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The past semester, we participated in the STEAM Challenge, in which we constructed a

project to fulfill the overarching theme of Equal Opportunity for All. When we were at a mixer
for the challenge, we met a couple- Kristopher and Kristina- who had been working on
purchasing a house in the Golden Gate Community. They told us the inspirational story of how
Kristopher was a self rehabilitated ex-felon who was able to reintegrate back into society with
the strong support he received. Kristina was forced to be a single parent of four children during
the thirteen years Kristopher was in jail where she was able to overcome those challenges
through self-mediated art therapy and meditation. They wanted to create a way to improve their
community and so we came together with Kristopher and Kristina to develop the project
Wellness Home: 160 W. Goldengate. Our mission is to promote health and economic equity
by reducing disparities faced by the Golden Gate neighborhood and empowering them with
resources to build a sustainable lifestyle. The core principle that the project is based on is that all
individuals are equally entitled to important rights such as health protection and minimal
standards of income regardless of race, gender, age, economic status, social status, and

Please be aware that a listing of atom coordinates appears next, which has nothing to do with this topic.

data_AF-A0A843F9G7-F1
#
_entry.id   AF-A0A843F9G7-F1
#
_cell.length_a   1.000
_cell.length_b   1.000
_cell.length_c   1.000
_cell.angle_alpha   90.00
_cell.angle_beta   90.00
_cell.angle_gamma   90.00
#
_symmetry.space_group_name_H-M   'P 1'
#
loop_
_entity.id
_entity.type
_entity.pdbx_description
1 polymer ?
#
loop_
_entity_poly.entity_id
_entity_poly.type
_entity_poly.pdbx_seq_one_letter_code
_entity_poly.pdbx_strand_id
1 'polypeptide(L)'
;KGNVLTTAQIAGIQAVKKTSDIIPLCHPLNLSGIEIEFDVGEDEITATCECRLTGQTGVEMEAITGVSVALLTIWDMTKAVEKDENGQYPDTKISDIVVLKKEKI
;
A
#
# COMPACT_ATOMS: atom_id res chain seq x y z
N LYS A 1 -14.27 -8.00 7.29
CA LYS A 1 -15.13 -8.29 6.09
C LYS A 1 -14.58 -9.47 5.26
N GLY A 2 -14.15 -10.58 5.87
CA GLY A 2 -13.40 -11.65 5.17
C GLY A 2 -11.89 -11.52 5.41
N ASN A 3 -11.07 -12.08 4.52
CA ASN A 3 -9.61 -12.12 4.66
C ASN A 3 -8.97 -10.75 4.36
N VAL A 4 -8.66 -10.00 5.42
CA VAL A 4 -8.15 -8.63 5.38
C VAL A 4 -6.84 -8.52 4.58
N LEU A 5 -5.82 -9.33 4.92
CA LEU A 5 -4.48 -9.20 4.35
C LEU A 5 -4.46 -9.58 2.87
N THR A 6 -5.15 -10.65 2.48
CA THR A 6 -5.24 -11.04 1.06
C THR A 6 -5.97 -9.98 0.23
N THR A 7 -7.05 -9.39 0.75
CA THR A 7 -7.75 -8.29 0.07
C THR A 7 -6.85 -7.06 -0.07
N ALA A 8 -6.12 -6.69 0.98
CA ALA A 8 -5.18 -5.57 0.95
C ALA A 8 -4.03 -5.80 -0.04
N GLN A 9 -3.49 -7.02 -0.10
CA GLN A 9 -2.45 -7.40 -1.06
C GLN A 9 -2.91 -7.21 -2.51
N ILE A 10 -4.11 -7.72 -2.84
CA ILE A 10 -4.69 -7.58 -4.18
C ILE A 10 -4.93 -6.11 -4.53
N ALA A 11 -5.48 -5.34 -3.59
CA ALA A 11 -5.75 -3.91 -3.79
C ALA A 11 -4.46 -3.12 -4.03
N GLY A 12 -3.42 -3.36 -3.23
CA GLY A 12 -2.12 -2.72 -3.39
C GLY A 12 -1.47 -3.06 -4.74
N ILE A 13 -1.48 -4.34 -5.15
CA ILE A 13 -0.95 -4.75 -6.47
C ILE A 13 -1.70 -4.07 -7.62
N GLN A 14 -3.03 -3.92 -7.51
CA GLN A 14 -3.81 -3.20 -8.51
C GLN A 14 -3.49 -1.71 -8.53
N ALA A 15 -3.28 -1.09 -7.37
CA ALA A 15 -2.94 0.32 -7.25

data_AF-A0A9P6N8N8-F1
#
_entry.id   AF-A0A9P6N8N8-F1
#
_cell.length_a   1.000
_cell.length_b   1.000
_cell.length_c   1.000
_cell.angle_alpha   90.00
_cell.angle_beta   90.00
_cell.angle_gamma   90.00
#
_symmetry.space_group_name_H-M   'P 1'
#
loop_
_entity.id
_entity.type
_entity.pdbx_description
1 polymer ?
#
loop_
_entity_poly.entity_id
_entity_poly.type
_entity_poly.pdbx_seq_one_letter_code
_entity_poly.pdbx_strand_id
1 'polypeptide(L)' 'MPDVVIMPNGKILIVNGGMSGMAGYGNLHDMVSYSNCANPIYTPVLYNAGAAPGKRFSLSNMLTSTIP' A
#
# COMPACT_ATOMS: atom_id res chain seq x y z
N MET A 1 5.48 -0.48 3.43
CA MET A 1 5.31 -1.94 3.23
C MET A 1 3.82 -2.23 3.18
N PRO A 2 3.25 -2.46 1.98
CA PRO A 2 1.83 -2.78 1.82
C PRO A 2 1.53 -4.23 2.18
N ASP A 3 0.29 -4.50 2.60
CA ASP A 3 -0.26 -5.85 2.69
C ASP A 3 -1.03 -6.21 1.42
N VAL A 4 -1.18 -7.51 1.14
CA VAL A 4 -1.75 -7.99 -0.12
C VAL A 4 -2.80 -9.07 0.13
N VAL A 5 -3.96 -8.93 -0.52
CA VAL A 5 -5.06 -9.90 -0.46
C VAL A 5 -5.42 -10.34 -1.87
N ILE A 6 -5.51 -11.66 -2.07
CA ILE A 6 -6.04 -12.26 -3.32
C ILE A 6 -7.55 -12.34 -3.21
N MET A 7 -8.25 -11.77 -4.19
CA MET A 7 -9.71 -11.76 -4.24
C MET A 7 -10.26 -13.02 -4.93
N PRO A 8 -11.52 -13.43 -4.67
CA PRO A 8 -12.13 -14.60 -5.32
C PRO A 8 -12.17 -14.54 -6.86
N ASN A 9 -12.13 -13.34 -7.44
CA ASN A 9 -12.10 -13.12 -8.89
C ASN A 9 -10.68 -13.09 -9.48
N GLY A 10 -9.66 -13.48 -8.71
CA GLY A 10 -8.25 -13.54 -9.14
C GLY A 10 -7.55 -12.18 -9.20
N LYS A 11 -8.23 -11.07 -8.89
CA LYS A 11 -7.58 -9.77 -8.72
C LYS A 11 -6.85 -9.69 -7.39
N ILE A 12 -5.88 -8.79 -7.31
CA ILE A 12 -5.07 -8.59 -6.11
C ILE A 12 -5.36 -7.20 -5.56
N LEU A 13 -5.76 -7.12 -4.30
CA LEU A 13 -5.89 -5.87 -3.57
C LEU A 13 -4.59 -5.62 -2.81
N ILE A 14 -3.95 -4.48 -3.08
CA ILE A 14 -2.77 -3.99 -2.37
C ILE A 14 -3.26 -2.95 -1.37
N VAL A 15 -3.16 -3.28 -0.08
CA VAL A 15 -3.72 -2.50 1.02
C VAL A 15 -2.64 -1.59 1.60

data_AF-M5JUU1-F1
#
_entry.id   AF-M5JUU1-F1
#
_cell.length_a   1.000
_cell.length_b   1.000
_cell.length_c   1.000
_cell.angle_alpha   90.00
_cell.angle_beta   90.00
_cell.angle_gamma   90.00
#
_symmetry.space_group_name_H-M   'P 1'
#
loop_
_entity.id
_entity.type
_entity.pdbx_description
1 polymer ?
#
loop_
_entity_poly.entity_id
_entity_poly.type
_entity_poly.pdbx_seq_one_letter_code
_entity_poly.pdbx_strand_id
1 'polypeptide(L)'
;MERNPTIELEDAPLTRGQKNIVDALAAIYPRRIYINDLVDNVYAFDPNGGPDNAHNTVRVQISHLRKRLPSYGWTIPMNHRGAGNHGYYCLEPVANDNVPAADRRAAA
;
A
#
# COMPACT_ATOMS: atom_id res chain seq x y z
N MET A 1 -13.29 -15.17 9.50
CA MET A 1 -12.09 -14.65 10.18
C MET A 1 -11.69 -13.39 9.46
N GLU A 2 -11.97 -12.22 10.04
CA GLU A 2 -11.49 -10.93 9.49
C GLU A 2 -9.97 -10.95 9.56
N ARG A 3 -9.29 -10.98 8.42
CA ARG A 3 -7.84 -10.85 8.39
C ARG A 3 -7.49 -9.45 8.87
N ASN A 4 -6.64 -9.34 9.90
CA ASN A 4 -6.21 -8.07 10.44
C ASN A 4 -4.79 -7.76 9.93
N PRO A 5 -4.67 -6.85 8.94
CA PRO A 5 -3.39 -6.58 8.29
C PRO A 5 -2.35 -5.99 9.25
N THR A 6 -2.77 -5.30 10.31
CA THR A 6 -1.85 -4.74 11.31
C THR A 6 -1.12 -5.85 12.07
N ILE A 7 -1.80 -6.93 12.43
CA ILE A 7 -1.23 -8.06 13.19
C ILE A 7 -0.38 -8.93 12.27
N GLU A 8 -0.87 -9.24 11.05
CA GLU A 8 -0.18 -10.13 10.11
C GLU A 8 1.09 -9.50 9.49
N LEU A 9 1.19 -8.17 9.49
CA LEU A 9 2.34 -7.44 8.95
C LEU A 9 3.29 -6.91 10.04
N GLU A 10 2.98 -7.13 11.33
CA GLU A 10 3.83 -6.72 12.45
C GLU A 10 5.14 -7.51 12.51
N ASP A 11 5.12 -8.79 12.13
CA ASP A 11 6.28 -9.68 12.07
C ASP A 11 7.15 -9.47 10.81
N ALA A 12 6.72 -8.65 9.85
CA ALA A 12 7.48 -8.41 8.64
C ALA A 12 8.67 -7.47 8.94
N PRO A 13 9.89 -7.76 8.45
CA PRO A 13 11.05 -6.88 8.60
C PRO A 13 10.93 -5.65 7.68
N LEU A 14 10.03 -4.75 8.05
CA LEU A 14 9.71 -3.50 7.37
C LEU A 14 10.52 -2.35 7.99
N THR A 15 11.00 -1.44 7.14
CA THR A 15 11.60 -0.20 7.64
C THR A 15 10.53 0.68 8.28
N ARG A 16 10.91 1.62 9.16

environment. Our project is based on four pillars: implementing a community based and driven
approach to address health and economic disparities, promoting self-efficacy by creating
sustainable opportunities for families, breaking down the cycle of intergenerational poverty
through evidence-based programming, and fulfilling our mission through collaborative and
interdisciplinary efforts.

In order to understand the strengths, weaknesses, and needs of the community, we


performed a community needs assessment through surveys with community members. We
avoided reporting bias by having Kristopher and Kristina carry out the surveys as they know
numerous of the residents. The questions include what are some strengths you see in your
community, which do you feel are the biggest issues your community is facing, what ideas
do you have to improve your community, would you be interested in participating in this
community house, would you be interested in helping run this community house.

From the community needs assessment, we analyzed what parts of the community the
members wanted to see change- the most frequent responses being lack of unity, mental health,
substance abuse, poverty, crime. We then asked what should be done within the community to
solve these challenges, the responses with the greatest frequency were to finish projects already
present without starting new ones, employment opportunities, healing and rehab services, and
increasing security and safety. These challenges are heavily influenced by systematic
discrimination on the basis of their educational level, race, gender, and socioeconomic status.
These challenges have a serious intergenerational impact on the community, and it is our goal to
break down this cycle.

In order to fulfill the communitys needs of restoration, healing services, increased safety,
and sustainable economic opportunity we partnered up with several community partners within